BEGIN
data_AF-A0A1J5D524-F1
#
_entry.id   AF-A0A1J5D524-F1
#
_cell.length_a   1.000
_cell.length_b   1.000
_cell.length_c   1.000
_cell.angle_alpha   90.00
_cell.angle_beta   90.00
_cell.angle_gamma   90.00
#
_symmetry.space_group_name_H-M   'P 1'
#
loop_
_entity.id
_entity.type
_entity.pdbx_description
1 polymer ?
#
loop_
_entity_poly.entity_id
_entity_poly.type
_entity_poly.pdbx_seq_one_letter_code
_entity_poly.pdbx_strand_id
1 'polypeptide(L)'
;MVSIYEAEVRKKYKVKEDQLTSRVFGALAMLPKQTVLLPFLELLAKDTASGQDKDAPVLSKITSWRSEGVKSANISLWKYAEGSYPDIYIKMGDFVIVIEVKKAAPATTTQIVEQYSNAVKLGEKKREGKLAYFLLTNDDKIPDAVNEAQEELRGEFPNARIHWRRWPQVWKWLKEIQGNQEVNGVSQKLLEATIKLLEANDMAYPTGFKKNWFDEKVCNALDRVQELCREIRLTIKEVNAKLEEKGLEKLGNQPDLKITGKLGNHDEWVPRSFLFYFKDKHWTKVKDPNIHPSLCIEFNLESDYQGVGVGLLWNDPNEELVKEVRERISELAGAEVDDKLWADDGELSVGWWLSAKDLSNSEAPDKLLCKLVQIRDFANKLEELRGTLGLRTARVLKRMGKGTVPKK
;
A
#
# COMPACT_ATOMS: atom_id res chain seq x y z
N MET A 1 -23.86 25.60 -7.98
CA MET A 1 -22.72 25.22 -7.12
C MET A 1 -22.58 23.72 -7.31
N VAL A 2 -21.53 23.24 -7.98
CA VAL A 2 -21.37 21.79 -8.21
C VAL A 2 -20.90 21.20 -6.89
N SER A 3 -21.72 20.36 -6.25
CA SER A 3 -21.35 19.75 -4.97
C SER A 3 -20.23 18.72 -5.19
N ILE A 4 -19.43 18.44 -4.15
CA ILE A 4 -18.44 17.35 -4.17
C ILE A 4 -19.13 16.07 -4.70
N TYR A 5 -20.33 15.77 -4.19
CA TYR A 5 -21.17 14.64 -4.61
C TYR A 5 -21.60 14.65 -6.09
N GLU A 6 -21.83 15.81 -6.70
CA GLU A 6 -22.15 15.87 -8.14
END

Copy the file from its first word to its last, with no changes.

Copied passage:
data_AF-A0A1J5D524-F1
#
_entry.id   AF-A0A1J5D524-F1
#
_cell.length_a   1.000
_cell.length_b   1.000
_cell.length_c   1.000
_cell.angle_alpha   90.00
_cell.angle_beta   90.00
_cell.angle_gamma   90.00
#
_symmetry.space_group_name_H-M   'P 1'
#
loop_
_entity.id
_entity.type
_entity.pdbx_description
1 polymer ?
#
loop_
_entity_poly.entity_id
_entity_poly.type
_entity_poly.pdbx_seq_one_letter_code
_entity_poly.pdbx_strand_id
1 'polypeptide(L)'
;MVSIYEAEVRKKYKVKEDQLTSRVFGALAMLPKQTVLLPFLELLAKDTASGQDKDAPVLSKITSWRSEGVKSANISLWKYAEGSYPDIYIKMGDFVIVIEVKKAAPATTTQIVEQYSNAVKLGEKKREGKLAYFLLTNDDKIPDAVNEAQEELRGEFPNARIHWRRWPQVWKWLKEIQGNQEVNGVSQKLLEATIKLLEANDMAYPTGFKKNWFDEKVCNALDRVQELCREIRLTIKEVNAKLEEKGLEKLGNQPDLKITGKLGNHDEWVPRSFLFYFKDKHWTKVKDPNIHPSLCIEFNLESDYQGVGVGLLWNDPNEELVKEVRERISELAGAEVDDKLWADDGELSVGWWLSAKDLSNSEAPDKLLCKLVQIRDFANKLEELRGTLGLRTARVLKRMGKGTVPKK
;
A
#
# COMPACT_ATOMS: atom_id res chain seq x y z
N MET A 1 -23.86 25.60 -7.98
CA MET A 1 -22.72 25.22 -7.12
C MET A 1 -22.58 23.72 -7.31
N VAL A 2 -21.53 23.24 -7.98
CA VAL A 2 -21.37 21.79 -8.21
C VAL A 2 -20.90 21.20 -6.89
N SER A 3 -21.72 20.36 -6.25
CA SER A 3 -21.35 19.75 -4.97
C SER A 3 -20.23 18.72 -5.19
N ILE A 4 -19.43 18.44 -4.15
CA ILE A 4 -18.44 17.35 -4.17
C ILE A 4 -19.13 16.07 -4.70
N TYR A 5 -20.33 15.77 -4.19
CA TYR A 5 -21.17 14.64 -4.61
C TYR A 5 -21.60 14.65 -6.09
N GLU A 6 -21.83 15.81 -6.70
CA GLU A 6 -22.15 15.87 -8.14